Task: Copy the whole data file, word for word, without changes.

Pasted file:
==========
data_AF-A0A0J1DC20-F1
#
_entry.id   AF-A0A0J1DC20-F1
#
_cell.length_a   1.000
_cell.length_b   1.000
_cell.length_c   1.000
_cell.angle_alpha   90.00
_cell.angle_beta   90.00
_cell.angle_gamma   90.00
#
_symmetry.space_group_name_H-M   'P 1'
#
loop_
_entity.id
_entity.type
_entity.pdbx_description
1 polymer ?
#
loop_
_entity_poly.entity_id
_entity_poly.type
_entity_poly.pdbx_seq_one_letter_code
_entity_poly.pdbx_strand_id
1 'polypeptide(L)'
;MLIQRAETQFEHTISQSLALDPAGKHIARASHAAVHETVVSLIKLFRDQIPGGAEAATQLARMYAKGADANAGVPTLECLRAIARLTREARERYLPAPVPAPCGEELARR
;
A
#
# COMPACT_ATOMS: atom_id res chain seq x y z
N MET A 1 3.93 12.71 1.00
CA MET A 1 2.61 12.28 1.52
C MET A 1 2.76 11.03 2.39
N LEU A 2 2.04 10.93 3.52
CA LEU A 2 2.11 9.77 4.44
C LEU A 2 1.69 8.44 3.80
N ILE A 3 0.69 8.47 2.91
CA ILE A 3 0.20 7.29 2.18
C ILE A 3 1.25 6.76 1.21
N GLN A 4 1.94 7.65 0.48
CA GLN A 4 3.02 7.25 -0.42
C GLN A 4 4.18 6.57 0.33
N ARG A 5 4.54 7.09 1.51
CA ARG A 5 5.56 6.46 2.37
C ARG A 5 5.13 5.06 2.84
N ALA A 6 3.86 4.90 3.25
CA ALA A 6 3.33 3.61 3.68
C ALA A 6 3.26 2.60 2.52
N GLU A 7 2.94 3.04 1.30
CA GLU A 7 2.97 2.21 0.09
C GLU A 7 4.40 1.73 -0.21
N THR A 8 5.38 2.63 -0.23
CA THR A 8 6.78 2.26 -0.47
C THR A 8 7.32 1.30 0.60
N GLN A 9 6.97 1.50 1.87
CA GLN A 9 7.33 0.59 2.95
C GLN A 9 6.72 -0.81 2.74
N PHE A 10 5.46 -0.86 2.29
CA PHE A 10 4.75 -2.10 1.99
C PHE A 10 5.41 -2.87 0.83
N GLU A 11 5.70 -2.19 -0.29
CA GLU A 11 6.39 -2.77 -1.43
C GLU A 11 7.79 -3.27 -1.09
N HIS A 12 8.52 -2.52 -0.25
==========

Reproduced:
data_AF-A0A0J1DC20-F1
#
_entry.id   AF-A0A0J1DC20-F1
#
_cell.length_a   1.000
_cell.length_b   1.000
_cell.length_c   1.000
_cell.angle_alpha   90.00
_cell.angle_beta   90.00
_cell.angle_gamma   90.00
#
_symmetry.space_group_name_H-M   'P 1'
#
loop_
_entity.id
_entity.type
_entity.pdbx_description
1 polymer ?
#
loop_
_entity_poly.entity_id
_entity_poly.type
_entity_poly.pdbx_seq_one_letter_code
_entity_poly.pdbx_strand_id
1 'polypeptide(L)'
;MLIQRAETQFEHTISQSLALDPAGKHIARASHAAVHETVVSLIKLFRDQIPGGAEAATQLARMYAKGADANAGVPTLECLRAIARLTREARERYLPAPVPAPCGEELARR
;
A
#
# COMPACT_ATOMS: atom_id res chain seq x y z
N MET A 1 3.93 12.71 1.00
CA MET A 1 2.61 12.28 1.52
C MET A 1 2.76 11.03 2.39
N LEU A 2 2.04 10.93 3.52
CA LEU A 2 2.11 9.77 4.44
C LEU A 2 1.69 8.44 3.80
N ILE A 3 0.69 8.47 2.91
CA ILE A 3 0.20 7.29 2.18
C ILE A 3 1.25 6.76 1.21
N GLN A 4 1.94 7.65 0.48
CA GLN A 4 3.02 7.25 -0.42
C GLN A 4 4.18 6.57 0.33
N ARG A 5 4.54 7.09 1.51
CA ARG A 5 5.56 6.46 2.37
C ARG A 5 5.13 5.06 2.84
N ALA A 6 3.86 4.90 3.25
CA ALA A 6 3.33 3.61 3.68
C ALA A 6 3.26 2.60 2.52
N GLU A 7 2.94 3.04 1.30
CA GLU A 7 2.97 2.21 0.09
C GLU A 7 4.40 1.73 -0.21
N THR A 8 5.38 2.63 -0.23
CA THR A 8 6.78 2.26 -0.47
C THR A 8 7.32 1.30 0.60
N GLN A 9 6.97 1.50 1.87
CA GLN A 9 7.33 0.59 2.95
C GLN A 9 6.72 -0.81 2.74
N PHE A 10 5.46 -0.86 2.29
CA PHE A 10 4.75 -2.10 1.99
C PHE A 10 5.41 -2.87 0.83
N GLU A 11 5.70 -2.19 -0.29
CA GLU A 11 6.39 -2.77 -1.43
C GLU A 11 7.79 -3.27 -1.09
N HIS A 12 8.52 -2.52 -0.25